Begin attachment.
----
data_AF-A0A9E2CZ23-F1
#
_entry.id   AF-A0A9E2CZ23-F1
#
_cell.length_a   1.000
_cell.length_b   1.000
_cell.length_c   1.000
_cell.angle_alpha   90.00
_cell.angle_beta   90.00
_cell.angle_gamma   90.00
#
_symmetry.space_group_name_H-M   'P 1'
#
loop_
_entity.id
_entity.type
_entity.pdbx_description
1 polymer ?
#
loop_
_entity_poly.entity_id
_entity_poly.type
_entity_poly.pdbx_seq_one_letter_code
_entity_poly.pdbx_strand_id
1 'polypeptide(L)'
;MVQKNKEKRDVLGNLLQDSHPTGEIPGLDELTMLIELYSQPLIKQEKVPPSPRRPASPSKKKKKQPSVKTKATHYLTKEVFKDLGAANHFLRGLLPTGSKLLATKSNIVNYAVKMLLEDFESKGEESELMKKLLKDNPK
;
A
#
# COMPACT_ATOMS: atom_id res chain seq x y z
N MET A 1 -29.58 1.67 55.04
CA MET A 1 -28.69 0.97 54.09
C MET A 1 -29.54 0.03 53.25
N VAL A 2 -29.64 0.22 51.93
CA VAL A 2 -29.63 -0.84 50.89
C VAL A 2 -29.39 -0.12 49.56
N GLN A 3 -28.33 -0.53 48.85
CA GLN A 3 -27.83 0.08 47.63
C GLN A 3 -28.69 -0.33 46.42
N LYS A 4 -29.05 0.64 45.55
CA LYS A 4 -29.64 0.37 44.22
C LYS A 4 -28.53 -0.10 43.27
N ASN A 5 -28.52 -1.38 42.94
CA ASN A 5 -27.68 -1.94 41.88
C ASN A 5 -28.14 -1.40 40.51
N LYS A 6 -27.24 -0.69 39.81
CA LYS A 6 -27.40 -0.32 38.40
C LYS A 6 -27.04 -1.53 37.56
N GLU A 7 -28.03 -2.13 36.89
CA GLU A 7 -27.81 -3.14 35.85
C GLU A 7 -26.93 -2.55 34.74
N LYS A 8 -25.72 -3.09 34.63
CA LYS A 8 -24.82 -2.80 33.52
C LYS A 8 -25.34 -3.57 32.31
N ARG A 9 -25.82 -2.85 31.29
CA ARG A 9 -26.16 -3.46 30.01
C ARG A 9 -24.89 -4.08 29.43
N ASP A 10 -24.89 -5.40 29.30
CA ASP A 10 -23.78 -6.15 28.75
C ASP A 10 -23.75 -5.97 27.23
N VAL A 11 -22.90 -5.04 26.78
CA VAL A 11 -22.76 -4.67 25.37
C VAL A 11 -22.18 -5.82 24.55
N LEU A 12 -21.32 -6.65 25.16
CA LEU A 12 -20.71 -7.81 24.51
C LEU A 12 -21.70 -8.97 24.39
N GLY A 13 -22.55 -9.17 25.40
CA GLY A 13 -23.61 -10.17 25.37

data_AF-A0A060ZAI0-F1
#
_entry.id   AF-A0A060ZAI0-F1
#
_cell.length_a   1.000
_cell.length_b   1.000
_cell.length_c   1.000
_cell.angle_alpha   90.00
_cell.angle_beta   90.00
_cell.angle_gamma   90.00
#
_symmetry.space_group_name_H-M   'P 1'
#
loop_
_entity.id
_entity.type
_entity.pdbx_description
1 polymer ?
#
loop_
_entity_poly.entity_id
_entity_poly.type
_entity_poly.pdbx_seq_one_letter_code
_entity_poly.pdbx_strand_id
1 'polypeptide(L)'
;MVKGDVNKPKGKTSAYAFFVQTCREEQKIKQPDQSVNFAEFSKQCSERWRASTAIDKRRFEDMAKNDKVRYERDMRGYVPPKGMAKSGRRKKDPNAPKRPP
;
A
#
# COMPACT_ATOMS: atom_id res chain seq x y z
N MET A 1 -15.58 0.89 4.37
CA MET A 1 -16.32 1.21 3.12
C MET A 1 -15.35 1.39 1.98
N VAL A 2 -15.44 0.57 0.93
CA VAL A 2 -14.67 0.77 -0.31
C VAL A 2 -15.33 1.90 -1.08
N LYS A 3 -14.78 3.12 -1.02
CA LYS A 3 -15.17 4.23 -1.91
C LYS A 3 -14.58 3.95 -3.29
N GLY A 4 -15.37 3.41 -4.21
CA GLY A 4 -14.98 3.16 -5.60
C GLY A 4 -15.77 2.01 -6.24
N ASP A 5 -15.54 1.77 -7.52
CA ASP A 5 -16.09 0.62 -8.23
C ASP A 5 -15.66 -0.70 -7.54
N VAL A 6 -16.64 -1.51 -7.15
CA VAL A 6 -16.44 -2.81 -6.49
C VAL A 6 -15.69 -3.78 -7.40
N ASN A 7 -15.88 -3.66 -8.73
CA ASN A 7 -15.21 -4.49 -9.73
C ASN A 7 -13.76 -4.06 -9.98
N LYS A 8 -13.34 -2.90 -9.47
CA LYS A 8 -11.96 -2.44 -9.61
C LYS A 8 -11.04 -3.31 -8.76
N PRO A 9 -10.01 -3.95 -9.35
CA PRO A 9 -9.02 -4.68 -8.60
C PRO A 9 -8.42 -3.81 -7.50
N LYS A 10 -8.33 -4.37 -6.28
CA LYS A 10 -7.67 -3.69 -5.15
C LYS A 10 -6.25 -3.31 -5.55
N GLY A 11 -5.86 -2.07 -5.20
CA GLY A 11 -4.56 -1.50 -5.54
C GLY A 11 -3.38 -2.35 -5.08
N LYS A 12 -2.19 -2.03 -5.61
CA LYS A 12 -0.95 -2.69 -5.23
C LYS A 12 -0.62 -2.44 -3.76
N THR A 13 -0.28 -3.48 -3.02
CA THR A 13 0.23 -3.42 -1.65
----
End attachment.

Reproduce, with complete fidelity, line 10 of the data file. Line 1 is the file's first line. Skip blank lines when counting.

_cell.angle_gamma   90.00